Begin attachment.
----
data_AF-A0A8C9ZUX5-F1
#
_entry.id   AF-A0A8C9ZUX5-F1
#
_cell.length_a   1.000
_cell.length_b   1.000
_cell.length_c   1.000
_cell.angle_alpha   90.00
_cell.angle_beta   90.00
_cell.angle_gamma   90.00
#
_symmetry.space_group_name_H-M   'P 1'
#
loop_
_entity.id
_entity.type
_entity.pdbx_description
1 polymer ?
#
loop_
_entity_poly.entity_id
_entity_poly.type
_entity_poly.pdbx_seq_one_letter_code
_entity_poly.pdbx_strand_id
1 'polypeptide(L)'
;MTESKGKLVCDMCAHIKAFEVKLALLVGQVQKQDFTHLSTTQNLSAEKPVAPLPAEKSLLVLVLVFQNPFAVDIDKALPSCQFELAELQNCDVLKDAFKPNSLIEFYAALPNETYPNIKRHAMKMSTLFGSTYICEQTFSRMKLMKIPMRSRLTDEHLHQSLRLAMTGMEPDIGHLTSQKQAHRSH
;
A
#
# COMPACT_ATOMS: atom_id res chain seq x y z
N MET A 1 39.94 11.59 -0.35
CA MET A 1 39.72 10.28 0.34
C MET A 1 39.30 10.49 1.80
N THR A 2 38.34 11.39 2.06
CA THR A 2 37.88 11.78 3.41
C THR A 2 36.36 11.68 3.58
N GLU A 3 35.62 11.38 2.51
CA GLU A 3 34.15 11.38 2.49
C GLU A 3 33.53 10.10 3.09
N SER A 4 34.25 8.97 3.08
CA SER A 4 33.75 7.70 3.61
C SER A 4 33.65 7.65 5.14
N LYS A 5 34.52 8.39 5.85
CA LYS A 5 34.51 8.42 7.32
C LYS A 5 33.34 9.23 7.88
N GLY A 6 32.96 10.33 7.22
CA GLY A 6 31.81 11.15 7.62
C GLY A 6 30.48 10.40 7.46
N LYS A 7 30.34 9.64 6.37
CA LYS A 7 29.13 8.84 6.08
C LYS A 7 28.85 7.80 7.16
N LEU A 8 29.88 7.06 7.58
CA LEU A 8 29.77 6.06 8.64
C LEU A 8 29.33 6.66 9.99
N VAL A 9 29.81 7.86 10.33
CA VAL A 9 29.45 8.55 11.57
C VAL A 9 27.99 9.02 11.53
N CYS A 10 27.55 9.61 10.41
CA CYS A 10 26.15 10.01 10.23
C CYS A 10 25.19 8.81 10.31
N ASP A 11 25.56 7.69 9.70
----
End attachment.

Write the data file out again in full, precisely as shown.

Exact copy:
data_AF-A0A8C9ZUX5-F1
#
_entry.id   AF-A0A8C9ZUX5-F1
#
_cell.length_a   1.000
_cell.length_b   1.000
_cell.length_c   1.000
_cell.angle_alpha   90.00
_cell.angle_beta   90.00
_cell.angle_gamma   90.00
#
_symmetry.space_group_name_H-M   'P 1'
#
loop_
_entity.id
_entity.type
_entity.pdbx_description
1 polymer ?
#
loop_
_entity_poly.entity_id
_entity_poly.type
_entity_poly.pdbx_seq_one_letter_code
_entity_poly.pdbx_strand_id
1 'polypeptide(L)'
;MTESKGKLVCDMCAHIKAFEVKLALLVGQVQKQDFTHLSTTQNLSAEKPVAPLPAEKSLLVLVLVFQNPFAVDIDKALPSCQFELAELQNCDVLKDAFKPNSLIEFYAALPNETYPNIKRHAMKMSTLFGSTYICEQTFSRMKLMKIPMRSRLTDEHLHQSLRLAMTGMEPDIGHLTSQKQAHRSH
;
A
#
# COMPACT_ATOMS: atom_id res chain seq x y z
N MET A 1 39.94 11.59 -0.35
CA MET A 1 39.72 10.28 0.34
C MET A 1 39.30 10.49 1.80
N THR A 2 38.34 11.39 2.06
CA THR A 2 37.88 11.78 3.41
C THR A 2 36.36 11.68 3.58
N GLU A 3 35.62 11.38 2.51
CA GLU A 3 34.15 11.38 2.49
C GLU A 3 33.53 10.10 3.09
N SER A 4 34.25 8.97 3.08
CA SER A 4 33.75 7.70 3.61
C SER A 4 33.65 7.65 5.14
N LYS A 5 34.52 8.39 5.85
CA LYS A 5 34.51 8.42 7.32
C LYS A 5 33.34 9.23 7.88
N GLY A 6 32.96 10.33 7.22
CA GLY A 6 31.81 11.15 7.62
C GLY A 6 30.48 10.40 7.46
N LYS A 7 30.34 9.64 6.37
CA LYS A 7 29.13 8.84 6.08
C LYS A 7 28.85 7.80 7.16
N LEU A 8 29.88 7.06 7.58
CA LEU A 8 29.77 6.06 8.64
C LEU A 8 29.33 6.66 9.99
N VAL A 9 29.81 7.86 10.33
CA VAL A 9 29.45 8.55 11.57
C VAL A 9 27.99 9.02 11.53
N CYS A 10 27.55 9.61 10.41
CA CYS A 10 26.15 10.01 10.23
C CYS A 10 25.19 8.81 10.31
N ASP A 11 25.56 7.69 9.70